Invasive Group A Strep: Everything You Need To Know

Invasive Group A Strep

There have been several news reports in recent months highlighting the rising cases of invasive Group A Strep across a number of developing countries, including the USA, Canada and the UK. 

In this article, we share everything you need to know about invasive group A strep, the often dangerous infection that develops from Group A streptococcus (GAS).

What Is Group A Strep?

Invasive Group A Strep

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Group A Strep is often referred to as ‘Strep A’ and is a common bacteria that lives in our throats and on our skin. A lot of people have this bacteria but do not know as they do not have any symptoms or illness. This is referred to as colonisation.

The Group A Strep bacteria can be passed from person to person through coughing, sneezing and touching. This is why it is important to regularly wash our hands with soap and to dispose of used tissues quickly.

Group A Strep can cause a series of mild infections including:

  • Flu-like symptoms such as high temperature and aching body
  • Sore throat and swollen tender glands or tonsilitis
  • Scarlet fever (rough and bumpy red rash)
  • Impetigo (scabs and sores that weep)
  • Cellulitis (pain and swelling to the skin)
  • Nausea and vomiting

There has been a spike in Scarlett Fever cases in children in recent years.

The above infections and symptoms tend to be mild and rarely become serious. However, if you or your child have any of the symptoms and you are concerned, contact your doctor ASAP.

What Is Invasive Group A Strep?

Invasive Group A Strep

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Invasive Group A Strep occurs when the bacterium gets into parts of the body where it is not usually found. For example, the bacterium may enter the body’s tissue and bloodstream through an open wound or sore. Or, the bacterium may get onto the lungs if there is a breach in the respiratory tract following a viral infection.

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Invasive group A strep can then cause a range of serious infections, including Necrotising fasciitis, necrotising pneumonia and Streptococcal Toxic Shock Syndrome. Although these are serious conditions, they are also relatively rare. 

Symptoms of Streptococcal Toxic Shock Syndrome include high fever, low blood pressure, confusion, Scarlet Fever body rash, persistent diarrhoea and vomiting, breathing difficulties, kidney or liver damage and blood clotting.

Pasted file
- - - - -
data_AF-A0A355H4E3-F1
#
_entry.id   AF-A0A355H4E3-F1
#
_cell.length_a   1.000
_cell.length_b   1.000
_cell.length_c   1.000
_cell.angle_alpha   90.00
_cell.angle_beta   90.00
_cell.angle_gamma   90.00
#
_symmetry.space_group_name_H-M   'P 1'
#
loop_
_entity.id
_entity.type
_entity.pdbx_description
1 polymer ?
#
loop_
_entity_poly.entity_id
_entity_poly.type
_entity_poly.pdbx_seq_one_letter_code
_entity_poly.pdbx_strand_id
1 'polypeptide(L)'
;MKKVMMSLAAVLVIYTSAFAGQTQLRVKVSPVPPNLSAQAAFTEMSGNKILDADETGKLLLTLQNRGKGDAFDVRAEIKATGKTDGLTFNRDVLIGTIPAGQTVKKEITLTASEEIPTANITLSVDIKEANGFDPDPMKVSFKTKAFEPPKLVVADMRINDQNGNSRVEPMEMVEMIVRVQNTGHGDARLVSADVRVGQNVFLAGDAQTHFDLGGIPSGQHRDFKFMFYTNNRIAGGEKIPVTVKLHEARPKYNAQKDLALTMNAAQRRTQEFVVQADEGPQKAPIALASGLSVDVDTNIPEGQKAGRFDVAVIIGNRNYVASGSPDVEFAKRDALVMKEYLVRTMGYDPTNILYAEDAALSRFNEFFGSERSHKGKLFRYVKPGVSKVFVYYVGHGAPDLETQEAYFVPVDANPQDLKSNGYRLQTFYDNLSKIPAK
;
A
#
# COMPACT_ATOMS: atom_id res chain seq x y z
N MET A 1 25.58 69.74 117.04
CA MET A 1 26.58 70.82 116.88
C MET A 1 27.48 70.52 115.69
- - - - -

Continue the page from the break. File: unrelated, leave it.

Who Does It Affect?

Group A Strep and its associated infections and symptoms are more common in children, especially children aged 10 and below. Similarly, invasive group A strep is more common in children than adults.

Invasive Group A Strep

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With that being said, adults can still contract Group A Strep infections, including invasive group A strep. In addition, people with weakened immune systems are more likely to contract group A step infections and invasive group A strep.

How Is It Diagnosed & Treated?

Many people never get a formal diagnosis for mild group A strep infections, as these can usually be treated at home with store-bought medicines. However, some of the mild Group A Strep infections will require antibiotics to treat them and therefore will require a visit to the doctor. 

If you are concerned about yourself or your child, you can visit a doctor who will diagnose the group A strep infection by discussing the symptoms and examining the adult/child.

Some doctors will offer a rapid lateral flow test to confirm the presence of Group A Strep or if they suspect invasive Group A Strep. 

Invasive group A strep and its associated infections can be very dangerous and in some cases deadly. They are treated with antibiotics and fluids that are administered in a hospital. 

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If you believe you have a Group A Strep infection, try to avoid close contact with others and sanitise your hands regularly. 

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